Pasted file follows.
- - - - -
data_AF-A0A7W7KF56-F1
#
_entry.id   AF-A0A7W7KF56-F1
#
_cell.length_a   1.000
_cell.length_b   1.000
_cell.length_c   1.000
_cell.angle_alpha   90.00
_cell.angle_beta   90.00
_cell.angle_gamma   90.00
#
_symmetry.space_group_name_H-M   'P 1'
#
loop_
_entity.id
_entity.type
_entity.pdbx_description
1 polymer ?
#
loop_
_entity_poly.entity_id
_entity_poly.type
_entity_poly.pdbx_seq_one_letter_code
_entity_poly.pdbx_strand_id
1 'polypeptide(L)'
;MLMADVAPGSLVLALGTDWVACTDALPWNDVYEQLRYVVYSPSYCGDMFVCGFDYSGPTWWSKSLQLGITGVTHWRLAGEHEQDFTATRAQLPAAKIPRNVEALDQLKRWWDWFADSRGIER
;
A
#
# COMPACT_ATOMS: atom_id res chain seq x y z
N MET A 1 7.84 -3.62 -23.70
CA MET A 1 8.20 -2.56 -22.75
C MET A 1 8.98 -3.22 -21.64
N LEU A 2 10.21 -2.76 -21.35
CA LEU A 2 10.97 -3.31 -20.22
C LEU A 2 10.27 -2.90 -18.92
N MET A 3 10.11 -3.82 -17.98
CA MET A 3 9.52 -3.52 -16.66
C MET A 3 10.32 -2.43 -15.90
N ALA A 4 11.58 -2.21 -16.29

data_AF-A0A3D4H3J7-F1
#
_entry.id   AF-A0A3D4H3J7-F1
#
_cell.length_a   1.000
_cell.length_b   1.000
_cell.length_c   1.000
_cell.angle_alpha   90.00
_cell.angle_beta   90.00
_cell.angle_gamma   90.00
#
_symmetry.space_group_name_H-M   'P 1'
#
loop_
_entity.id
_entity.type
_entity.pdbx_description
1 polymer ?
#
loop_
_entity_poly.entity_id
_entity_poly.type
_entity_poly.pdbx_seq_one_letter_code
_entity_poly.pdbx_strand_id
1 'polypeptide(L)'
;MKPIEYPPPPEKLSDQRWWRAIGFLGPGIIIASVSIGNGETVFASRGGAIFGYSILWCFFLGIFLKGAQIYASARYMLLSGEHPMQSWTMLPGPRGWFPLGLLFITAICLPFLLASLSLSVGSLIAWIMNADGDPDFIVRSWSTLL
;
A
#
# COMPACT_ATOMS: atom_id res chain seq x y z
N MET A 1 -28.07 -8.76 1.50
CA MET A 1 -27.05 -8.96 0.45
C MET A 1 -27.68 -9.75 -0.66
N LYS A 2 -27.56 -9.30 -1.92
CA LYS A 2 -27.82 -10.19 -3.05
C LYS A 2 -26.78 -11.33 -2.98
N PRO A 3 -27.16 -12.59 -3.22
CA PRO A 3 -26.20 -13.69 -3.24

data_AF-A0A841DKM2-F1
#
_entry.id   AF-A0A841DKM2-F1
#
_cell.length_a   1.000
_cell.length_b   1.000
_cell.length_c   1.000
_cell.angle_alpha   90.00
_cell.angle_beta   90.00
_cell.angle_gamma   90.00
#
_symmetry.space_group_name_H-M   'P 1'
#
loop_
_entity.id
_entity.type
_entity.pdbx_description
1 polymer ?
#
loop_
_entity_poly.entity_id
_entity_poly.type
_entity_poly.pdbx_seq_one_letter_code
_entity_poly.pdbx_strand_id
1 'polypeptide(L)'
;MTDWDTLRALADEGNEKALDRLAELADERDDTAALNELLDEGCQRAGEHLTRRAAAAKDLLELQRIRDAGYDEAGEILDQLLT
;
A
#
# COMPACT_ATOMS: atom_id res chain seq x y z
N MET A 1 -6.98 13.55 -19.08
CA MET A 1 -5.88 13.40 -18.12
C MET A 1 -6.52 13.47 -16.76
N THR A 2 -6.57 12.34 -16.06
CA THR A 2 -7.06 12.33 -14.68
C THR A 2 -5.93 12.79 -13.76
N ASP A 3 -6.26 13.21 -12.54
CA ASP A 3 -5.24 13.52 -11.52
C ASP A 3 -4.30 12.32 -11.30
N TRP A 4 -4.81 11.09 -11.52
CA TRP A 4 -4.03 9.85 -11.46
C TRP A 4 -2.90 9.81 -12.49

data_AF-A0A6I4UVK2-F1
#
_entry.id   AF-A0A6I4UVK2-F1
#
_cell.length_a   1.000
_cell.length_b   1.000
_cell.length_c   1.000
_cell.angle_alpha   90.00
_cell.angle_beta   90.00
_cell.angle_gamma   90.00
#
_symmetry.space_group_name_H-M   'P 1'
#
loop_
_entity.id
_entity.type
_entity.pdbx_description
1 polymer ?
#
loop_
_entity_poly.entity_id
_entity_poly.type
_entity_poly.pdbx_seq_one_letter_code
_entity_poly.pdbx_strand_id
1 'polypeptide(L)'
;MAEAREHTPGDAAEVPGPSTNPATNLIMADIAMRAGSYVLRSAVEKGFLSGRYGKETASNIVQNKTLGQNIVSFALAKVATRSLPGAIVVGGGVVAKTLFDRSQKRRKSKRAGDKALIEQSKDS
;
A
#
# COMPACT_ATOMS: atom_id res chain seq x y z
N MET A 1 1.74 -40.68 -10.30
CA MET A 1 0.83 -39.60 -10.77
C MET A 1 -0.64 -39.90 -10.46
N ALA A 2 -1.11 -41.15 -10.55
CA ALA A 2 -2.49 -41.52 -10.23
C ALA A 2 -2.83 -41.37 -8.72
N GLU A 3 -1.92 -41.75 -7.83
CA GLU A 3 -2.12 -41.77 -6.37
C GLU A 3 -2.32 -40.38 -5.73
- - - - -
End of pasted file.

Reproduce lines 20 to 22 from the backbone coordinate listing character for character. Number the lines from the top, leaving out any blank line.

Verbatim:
loop_
_entity_poly.entity_id
_entity_poly.type